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The Gift of Gab
This week, we're sharing this timely essay on what it takes, and means, to be a good conversationalist.
Being isolated during the pandemic had its challenges, but it also had its appeal for many of us. The freedom from social pressures enabled those who are homebodies and introverts to (finally!) embrace their true selves without feeling ashamed. apologetic or embarrassed.
As the pandemic starts to make its way from our windshields into our rearview mirrors, our social lives are beginning to regain their footing. But first, the roads need some repaving and repair.
Reprinted with permission, “The Gift of Gab,” by our friend and colleague, Cindy La Ferle, was previously published in The Oakland Press.
Our social lives took a huge hit during the pandemic. We celebrated birthdays with drive-by parades, limited our holiday gatherings to small family bubbles, and even Zoomed memorial services.
While most national pandemic restrictions have been lifted, we’re still trying to navigate safer ways to gather with friends and loved ones. We’re also rediscovering how to talk to each other after a year of semi-isolation and social distancing.
A friend recently confided that her social skills feel a bit “rusty” now, especially when she meets new people at larger parties or work functions.
No wonder. Pandemic isolation forced us to rely primarily on social media and cell phones, leaving us bereft of body language and other social cues that are essential to three-dimensional conversation. In other words, we got used to talking at each other, rather than with each other.
In our defense, social media sites foster one-sided communication. Along with bragging rights, Facebook and Twitter give us full permission to talk about ourselves nonstop. We like to think we’re interacting with others, but in reality, we’re mostly fueling our addiction to the rush of dopamine we get whenever someone “likes” or comments on our posts.
Real conversation, on the other hand, is a balanced exchange that requires empathy and superb listening skills. It is not a monologue or a recital in which one person drones on about himself while the other person quietly nods (or tries not to yawn).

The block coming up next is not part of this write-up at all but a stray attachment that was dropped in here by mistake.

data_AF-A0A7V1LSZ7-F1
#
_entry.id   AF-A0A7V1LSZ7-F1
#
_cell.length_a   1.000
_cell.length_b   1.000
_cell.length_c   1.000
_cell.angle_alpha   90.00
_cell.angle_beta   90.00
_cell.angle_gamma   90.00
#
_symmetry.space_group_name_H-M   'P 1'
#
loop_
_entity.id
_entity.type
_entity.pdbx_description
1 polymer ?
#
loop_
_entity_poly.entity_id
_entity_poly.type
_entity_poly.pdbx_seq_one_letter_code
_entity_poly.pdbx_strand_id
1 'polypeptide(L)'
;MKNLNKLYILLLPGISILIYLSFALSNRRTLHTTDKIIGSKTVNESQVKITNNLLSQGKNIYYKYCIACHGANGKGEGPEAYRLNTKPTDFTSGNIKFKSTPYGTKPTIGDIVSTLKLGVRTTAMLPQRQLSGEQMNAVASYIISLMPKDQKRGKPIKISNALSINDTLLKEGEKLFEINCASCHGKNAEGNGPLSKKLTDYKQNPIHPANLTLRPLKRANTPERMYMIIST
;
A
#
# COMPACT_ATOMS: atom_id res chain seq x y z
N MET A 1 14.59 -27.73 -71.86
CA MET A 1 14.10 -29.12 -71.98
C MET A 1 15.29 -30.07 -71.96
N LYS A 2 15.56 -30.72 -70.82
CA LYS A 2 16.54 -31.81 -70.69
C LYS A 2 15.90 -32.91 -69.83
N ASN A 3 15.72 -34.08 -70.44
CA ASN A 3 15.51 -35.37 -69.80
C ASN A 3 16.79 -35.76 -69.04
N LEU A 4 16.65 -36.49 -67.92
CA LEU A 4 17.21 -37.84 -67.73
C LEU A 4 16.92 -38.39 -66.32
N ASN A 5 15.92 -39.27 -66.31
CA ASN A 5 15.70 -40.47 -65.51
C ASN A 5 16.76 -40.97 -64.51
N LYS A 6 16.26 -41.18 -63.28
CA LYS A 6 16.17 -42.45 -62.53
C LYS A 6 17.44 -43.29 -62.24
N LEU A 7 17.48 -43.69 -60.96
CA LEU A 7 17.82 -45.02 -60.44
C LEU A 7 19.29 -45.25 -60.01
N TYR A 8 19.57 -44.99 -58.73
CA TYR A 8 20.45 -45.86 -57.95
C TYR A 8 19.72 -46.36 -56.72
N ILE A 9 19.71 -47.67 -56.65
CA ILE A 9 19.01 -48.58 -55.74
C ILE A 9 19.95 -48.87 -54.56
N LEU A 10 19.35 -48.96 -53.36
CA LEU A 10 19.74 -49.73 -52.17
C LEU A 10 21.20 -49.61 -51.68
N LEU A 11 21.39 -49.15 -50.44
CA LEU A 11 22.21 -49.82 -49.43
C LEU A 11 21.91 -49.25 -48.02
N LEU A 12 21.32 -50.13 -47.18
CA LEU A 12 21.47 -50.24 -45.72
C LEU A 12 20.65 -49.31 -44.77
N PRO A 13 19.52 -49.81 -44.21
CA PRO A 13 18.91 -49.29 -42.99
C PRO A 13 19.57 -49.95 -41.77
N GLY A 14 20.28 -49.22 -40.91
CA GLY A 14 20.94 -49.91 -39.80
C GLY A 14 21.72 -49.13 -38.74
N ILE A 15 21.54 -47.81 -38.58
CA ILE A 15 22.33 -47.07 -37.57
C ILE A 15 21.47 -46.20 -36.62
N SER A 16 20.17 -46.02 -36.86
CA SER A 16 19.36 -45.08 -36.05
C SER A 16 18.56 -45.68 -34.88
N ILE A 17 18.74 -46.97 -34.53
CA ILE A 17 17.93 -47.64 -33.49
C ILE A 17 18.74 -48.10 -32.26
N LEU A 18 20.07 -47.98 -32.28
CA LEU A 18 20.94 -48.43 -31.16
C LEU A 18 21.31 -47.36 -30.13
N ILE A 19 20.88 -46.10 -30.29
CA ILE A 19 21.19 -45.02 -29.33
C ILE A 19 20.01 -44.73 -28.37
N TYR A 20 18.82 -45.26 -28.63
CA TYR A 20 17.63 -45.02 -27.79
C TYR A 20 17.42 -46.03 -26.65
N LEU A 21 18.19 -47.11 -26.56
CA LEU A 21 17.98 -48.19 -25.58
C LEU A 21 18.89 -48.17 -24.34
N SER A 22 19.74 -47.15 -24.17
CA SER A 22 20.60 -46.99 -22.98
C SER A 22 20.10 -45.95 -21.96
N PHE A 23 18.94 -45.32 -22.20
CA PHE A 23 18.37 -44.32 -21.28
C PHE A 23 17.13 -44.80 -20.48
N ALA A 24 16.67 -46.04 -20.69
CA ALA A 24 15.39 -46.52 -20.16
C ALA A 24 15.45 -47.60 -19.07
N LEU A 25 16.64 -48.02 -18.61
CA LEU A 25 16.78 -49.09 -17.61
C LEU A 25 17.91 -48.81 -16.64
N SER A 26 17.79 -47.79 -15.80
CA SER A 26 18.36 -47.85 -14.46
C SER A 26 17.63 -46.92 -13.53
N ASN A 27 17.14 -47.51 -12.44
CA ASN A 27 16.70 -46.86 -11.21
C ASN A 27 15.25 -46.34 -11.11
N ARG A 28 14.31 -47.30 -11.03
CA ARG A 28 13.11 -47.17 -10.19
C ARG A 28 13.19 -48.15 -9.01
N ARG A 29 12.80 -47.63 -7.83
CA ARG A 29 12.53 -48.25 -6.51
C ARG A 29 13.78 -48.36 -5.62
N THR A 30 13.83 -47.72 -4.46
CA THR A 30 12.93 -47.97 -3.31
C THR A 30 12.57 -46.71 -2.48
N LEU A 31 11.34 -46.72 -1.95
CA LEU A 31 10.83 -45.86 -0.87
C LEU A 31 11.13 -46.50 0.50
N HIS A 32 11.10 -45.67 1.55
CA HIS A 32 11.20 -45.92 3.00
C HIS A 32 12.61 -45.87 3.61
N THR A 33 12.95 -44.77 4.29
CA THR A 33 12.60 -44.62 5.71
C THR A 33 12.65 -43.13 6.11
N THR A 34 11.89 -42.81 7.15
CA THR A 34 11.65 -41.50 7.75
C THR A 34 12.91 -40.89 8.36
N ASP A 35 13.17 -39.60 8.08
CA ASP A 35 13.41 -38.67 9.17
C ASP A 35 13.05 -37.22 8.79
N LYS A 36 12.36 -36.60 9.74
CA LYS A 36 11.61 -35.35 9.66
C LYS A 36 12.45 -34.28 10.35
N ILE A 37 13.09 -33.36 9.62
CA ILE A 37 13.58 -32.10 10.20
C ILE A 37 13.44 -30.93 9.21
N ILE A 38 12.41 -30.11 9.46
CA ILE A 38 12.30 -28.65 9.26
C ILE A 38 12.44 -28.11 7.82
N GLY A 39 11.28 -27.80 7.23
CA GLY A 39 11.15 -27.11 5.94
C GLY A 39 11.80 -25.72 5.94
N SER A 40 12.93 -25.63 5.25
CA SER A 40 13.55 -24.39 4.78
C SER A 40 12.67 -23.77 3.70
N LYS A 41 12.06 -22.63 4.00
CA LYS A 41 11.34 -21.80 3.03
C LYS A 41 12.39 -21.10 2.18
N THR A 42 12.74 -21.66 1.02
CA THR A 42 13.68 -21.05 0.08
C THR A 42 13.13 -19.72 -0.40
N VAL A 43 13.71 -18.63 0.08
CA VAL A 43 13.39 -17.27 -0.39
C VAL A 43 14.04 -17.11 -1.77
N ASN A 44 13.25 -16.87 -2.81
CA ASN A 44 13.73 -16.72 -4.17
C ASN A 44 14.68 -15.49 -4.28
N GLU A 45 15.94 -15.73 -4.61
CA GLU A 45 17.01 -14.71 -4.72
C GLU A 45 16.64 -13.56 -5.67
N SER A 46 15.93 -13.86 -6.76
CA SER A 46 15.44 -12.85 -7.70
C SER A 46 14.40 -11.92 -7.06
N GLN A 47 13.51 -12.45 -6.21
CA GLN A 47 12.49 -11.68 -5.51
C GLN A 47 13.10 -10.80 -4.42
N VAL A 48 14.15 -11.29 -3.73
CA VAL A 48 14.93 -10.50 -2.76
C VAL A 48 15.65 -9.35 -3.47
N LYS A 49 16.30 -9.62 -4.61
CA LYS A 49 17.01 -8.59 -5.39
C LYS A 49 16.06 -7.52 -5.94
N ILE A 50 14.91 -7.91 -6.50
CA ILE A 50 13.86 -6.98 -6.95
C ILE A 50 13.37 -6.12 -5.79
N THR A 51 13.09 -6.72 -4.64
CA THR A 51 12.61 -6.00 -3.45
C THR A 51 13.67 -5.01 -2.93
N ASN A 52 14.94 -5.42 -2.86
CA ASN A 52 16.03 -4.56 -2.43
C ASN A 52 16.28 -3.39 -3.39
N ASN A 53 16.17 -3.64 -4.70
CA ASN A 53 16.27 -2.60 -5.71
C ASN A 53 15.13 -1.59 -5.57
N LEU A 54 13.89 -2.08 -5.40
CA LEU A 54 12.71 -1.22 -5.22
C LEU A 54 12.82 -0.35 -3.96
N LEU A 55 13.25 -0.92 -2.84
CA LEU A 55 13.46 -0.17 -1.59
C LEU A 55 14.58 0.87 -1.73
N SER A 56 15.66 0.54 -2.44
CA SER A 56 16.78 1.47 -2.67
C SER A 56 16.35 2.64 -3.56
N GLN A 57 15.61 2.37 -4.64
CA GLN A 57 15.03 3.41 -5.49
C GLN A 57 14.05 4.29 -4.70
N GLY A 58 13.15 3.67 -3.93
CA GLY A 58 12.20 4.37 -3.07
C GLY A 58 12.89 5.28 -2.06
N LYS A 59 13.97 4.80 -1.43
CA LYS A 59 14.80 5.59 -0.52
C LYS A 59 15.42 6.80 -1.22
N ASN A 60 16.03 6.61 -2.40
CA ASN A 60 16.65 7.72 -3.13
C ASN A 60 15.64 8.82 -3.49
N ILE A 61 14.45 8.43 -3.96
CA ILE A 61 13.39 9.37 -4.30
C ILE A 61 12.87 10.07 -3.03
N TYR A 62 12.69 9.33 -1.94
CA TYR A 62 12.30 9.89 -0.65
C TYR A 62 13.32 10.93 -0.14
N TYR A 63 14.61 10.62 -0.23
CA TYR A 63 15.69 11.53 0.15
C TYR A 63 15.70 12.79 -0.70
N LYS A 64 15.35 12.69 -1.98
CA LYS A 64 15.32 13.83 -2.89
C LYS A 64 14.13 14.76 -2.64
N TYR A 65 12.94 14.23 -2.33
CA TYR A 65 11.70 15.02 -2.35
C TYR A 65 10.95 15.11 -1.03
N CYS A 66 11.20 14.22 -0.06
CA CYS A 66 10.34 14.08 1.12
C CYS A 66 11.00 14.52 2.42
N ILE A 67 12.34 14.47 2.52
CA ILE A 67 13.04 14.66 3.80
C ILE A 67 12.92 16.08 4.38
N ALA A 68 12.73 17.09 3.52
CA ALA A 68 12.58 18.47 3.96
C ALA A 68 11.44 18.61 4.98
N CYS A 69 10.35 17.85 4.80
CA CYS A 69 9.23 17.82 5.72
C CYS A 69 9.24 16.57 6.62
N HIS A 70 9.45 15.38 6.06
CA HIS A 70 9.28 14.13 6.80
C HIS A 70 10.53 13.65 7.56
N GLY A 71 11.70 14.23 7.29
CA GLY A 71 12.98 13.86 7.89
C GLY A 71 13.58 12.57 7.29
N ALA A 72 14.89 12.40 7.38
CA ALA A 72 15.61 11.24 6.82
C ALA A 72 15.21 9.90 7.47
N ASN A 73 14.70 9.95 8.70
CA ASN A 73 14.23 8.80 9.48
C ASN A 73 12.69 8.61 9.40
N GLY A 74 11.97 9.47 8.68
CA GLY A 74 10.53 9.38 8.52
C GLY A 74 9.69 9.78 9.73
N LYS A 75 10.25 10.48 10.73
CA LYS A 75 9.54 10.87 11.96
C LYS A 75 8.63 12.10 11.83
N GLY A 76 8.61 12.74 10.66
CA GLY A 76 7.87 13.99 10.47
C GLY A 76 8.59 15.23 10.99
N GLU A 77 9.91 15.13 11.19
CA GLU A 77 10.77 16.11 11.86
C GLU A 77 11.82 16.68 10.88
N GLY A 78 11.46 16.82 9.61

A good conversation leaves everyone feeling heard, understood and appreciated.
The give-and-take of social skills
The easiest way to refresh and improve our communication skills is to observe the folks who’ve mastered the gift of gab.
For starters, good conversationalists love to learn about other people. My father would always try to discover at least two new things about each person he met or hadn’t seen in a while. To achieve this, he focused on other people and listened carefully — instead of simply waiting for his turn to jump into the conversation. By focusing on others, he reminded me, you can overcome shyness and self-absorption.
Good conversationalists might share details about their own lives — but they always find a way to loop the conversation back to you. They’ll tell you about the week they spent mountain-climbing, for instance, but they’ll never forget to ask what you did on your summer vacation. As Dale Carnegie advised: “You can make more friends in two months by becoming interested in other people than you can in two years trying to get other people interested in you.”
Good conversationalists know that a sincere compliment is a great conversation starter. Again, this requires paying close attention to the positive qualities in others rather than worrying about your self-image.
Lastly, good conversationalists never boast or show off. They know that a great conversation is never a competition. Most of all, they understand that listening with an open mind opens a window to understanding a variety of people. No wonder we all enjoy their company.
Cindy La Ferle is a nationally published columnist and author of an essay collection, “Writing Home.” She blogs at Life Lines.
Real conversations between friends require a balanced exchange and good listening skills.
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